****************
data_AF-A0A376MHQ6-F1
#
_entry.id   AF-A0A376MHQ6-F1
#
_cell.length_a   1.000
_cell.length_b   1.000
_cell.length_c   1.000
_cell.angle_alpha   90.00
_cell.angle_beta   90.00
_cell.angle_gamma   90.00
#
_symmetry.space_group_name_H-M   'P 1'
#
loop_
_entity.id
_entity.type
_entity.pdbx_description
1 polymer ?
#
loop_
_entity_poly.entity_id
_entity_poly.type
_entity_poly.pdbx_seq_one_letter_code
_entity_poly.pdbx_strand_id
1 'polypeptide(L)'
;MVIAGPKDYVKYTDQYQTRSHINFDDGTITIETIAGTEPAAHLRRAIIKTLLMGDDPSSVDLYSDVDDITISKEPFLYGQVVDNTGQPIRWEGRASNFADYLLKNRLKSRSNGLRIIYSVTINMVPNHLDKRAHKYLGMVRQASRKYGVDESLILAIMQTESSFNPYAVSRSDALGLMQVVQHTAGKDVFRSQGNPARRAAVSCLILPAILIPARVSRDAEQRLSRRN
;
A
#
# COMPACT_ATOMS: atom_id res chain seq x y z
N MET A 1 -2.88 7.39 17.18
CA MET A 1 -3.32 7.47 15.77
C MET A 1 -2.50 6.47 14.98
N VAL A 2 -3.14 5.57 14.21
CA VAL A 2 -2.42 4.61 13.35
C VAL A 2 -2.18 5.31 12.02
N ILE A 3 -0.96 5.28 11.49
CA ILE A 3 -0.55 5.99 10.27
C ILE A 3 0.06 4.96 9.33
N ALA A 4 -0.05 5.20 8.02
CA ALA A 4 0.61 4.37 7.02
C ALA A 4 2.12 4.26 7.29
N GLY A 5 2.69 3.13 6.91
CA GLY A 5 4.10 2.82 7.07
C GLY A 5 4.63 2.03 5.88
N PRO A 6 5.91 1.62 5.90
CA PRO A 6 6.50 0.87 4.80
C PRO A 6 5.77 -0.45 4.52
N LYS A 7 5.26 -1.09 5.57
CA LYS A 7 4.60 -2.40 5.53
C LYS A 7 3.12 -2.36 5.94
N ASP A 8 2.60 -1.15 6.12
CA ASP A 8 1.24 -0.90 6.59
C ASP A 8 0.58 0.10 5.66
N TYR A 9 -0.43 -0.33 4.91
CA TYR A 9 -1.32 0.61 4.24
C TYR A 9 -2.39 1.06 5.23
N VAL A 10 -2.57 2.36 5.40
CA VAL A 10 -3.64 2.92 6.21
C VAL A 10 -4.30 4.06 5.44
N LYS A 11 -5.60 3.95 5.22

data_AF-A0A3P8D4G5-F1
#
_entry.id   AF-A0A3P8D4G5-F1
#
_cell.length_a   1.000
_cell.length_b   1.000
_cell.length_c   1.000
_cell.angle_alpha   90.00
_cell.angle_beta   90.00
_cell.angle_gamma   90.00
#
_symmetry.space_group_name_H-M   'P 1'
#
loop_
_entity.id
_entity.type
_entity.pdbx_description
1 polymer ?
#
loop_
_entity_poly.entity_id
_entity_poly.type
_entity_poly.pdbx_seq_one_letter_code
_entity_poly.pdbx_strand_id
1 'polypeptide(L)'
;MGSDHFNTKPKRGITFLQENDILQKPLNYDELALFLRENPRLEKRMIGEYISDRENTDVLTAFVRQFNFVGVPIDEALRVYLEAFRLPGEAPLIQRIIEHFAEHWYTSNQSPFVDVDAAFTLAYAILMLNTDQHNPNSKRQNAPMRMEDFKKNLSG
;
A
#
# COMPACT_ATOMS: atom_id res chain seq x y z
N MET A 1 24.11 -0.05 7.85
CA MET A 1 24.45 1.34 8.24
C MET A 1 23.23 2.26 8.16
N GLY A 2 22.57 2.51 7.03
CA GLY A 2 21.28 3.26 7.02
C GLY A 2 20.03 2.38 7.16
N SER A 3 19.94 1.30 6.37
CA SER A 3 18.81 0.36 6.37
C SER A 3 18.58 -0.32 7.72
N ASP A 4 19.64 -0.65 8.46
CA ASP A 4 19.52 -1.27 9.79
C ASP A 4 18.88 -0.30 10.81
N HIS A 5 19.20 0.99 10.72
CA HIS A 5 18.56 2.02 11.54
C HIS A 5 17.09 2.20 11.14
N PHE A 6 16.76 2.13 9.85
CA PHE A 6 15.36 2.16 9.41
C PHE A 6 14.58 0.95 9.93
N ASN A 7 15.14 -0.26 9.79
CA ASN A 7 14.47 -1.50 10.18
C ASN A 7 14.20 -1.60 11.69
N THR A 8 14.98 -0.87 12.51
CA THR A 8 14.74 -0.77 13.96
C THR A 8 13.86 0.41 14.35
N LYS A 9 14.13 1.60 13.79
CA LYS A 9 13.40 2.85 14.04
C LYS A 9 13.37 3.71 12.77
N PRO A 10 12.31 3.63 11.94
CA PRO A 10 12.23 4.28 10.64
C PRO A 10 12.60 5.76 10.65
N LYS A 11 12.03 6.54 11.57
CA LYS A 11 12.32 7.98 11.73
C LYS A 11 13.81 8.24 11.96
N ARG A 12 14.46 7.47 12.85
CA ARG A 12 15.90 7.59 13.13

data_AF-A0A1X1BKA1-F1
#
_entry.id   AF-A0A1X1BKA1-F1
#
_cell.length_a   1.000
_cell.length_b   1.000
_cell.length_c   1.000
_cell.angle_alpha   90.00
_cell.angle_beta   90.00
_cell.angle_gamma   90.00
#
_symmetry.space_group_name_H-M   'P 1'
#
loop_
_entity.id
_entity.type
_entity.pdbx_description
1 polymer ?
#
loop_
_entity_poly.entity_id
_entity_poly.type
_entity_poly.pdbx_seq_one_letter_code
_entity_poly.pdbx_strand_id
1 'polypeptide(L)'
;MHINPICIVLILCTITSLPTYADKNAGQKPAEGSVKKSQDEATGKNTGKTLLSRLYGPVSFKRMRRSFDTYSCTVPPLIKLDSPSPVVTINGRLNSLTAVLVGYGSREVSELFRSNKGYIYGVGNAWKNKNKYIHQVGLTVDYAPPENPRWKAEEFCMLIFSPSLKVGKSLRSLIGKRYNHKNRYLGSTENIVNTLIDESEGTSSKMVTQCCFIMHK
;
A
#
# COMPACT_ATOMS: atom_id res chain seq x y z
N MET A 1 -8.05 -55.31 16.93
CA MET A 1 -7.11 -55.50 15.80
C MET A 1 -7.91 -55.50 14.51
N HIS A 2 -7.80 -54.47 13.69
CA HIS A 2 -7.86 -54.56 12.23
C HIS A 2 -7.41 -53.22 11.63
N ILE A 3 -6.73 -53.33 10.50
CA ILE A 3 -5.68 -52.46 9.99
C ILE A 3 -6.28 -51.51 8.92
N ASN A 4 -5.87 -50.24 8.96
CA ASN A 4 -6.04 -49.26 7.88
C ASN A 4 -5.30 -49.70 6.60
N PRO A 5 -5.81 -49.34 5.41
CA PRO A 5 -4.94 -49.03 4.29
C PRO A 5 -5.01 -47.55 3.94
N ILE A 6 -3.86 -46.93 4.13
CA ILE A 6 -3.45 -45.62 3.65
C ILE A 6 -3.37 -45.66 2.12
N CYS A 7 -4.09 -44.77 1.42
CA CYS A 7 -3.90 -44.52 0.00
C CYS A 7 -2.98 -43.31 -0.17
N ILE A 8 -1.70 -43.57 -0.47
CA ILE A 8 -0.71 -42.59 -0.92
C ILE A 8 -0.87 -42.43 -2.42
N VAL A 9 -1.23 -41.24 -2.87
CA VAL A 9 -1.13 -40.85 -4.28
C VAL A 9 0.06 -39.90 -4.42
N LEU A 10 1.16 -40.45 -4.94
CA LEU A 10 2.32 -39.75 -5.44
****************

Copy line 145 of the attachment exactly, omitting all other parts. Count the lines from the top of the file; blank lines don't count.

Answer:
#